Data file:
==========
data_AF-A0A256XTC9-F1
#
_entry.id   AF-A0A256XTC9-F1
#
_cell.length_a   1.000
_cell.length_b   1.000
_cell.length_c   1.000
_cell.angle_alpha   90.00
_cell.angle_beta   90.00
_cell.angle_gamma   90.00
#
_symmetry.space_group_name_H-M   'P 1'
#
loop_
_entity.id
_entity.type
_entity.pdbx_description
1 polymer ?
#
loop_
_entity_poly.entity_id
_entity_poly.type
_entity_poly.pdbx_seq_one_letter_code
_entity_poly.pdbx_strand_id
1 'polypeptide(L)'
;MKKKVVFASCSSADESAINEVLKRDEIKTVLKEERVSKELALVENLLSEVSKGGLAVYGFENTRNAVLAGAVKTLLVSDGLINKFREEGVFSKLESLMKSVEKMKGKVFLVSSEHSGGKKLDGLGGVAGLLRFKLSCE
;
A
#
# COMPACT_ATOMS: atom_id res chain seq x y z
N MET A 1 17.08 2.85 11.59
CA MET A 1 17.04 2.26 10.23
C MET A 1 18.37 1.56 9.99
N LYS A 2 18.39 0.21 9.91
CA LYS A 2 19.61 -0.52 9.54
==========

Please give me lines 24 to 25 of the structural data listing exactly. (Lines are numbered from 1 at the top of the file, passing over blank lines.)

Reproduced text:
_entity_poly.pdbx_strand_id
1 'polypeptide(L)'